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Senior hospital doctors slam funding changes

They warn NHS England of longer waiting times and avoidable deaths

Mark Gould

Wednesday, 24 December 2014

Some 345 senior doctors and hospital chief executives have hit out at plans to reduce funding for specialised operations and treatments including some cancer care.

In a letter to NHS England, quoted in the Daily Telegraph, they say the changes could mean longer waiting lists and avoidable deaths. Under the plans, centres treating more patients than expected would receive just half the extra treatment costs.

NHS England says these services have already seen a big increase in funding with hospital providers receiving a £1bn rise in income over the last two years. But the proposals, due to come into force in April, aim to curb a growth in spending in this area so that more money can be diverted into mental health services, ambulance provision, A&E and GP services.

However, the letter says the proposals will leave hospitals with a choice of treating patients and incurring a financial loss, or not treating them at all.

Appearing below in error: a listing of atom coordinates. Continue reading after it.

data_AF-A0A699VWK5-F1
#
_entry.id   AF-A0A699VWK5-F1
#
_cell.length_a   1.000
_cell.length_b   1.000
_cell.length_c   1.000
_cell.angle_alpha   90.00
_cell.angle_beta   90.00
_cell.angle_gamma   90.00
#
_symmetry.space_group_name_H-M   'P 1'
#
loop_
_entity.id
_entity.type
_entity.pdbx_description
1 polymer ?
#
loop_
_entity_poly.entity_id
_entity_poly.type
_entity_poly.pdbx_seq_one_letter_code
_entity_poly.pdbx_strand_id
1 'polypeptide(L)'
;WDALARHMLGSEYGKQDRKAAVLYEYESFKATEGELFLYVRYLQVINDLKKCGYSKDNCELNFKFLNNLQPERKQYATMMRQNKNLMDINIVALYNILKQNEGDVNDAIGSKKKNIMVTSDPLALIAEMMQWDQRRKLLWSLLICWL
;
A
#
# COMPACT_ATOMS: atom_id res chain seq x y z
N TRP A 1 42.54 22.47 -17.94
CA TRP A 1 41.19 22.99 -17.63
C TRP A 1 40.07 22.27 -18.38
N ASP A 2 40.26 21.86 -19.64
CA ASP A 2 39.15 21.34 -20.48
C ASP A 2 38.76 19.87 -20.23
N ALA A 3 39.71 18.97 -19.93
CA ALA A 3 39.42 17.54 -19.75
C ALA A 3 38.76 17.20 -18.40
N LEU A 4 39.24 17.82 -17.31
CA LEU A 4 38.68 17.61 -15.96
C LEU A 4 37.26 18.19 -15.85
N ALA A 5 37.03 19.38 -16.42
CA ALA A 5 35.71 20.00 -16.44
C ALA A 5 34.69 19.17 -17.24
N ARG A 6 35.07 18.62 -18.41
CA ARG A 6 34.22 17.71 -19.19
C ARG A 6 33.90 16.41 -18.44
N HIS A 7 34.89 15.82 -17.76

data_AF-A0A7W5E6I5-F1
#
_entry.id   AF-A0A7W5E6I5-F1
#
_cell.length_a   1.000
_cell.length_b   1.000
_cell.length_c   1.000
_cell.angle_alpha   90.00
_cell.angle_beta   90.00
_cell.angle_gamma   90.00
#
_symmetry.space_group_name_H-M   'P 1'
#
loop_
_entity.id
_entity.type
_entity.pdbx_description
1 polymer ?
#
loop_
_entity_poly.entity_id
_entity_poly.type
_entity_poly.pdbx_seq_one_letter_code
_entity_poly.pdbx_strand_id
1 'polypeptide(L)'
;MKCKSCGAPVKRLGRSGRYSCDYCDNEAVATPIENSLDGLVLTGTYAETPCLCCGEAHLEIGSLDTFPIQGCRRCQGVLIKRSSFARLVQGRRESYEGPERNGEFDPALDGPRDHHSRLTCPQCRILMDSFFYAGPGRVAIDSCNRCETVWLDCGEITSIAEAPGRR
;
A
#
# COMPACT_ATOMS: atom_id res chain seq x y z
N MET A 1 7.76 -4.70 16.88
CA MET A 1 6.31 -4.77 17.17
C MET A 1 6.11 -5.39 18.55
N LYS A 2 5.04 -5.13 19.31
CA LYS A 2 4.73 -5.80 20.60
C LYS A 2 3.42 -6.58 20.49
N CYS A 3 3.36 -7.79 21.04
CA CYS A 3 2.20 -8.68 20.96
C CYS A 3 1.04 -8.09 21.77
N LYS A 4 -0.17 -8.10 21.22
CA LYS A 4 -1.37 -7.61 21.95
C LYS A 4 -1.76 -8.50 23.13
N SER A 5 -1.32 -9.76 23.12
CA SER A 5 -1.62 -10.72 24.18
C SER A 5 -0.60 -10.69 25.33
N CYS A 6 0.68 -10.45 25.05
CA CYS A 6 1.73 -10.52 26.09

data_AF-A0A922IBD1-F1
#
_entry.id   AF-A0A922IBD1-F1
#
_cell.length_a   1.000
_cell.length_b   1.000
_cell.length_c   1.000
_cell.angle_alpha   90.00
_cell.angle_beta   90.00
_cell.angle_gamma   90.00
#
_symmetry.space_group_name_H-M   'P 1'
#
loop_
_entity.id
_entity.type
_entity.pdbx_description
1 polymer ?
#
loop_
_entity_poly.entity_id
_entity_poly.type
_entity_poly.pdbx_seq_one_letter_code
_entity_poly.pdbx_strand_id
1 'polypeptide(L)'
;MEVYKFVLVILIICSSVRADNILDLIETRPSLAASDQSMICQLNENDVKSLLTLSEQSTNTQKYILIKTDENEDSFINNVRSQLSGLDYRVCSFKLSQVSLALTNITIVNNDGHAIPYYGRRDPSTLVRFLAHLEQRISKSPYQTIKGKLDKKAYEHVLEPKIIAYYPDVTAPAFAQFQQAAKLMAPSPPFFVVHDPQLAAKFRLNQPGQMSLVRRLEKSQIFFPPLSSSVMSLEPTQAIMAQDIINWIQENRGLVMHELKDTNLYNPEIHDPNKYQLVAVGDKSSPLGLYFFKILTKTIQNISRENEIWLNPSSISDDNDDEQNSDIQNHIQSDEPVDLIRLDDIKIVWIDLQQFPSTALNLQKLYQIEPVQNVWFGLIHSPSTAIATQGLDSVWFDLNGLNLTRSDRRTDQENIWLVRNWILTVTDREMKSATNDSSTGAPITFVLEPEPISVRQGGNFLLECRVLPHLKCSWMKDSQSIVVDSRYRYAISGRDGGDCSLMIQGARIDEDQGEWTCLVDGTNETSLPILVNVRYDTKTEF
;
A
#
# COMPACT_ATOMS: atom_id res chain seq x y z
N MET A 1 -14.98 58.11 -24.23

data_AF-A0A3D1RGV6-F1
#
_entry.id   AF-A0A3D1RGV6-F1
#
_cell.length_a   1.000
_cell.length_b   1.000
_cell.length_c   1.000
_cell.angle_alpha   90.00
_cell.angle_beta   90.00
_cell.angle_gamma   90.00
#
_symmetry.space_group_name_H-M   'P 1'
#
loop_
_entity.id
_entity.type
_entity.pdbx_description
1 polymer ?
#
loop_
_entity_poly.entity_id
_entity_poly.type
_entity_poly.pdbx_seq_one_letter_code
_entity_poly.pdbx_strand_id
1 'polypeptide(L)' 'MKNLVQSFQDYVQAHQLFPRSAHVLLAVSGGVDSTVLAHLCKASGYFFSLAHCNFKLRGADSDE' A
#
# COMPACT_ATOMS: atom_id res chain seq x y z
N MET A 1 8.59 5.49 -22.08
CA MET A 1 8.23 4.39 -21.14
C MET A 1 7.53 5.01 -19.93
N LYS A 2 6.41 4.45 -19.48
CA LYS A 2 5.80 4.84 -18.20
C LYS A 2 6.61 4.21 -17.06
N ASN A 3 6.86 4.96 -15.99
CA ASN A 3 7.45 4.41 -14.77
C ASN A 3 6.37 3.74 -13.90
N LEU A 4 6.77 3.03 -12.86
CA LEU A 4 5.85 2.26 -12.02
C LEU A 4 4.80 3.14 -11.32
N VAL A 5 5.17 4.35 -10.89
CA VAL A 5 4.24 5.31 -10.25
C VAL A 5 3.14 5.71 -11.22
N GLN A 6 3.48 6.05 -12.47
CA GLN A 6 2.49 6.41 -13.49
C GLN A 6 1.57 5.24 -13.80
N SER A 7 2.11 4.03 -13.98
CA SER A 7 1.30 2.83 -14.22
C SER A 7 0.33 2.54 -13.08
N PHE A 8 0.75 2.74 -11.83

"The clinical consequences of these longer waiting times and a lower quality service to patients with conditions such as heart disease, liver disease, leukaemia, complex cancers etc. will be severe," it reportedly says.

"There will inevitably be avoidable deaths as patients die on waiting lists or find that their disease has progressed during the wait for treatment, to the point that it is no longer curable."

A consultation period ends this week with a final decision expected early next year.

NHS England said in a statement: "We will listen carefully to all consultation responses on these proposals, while recognising that providers of specialised services have enjoyed income increases of over £1bn over the past two years."

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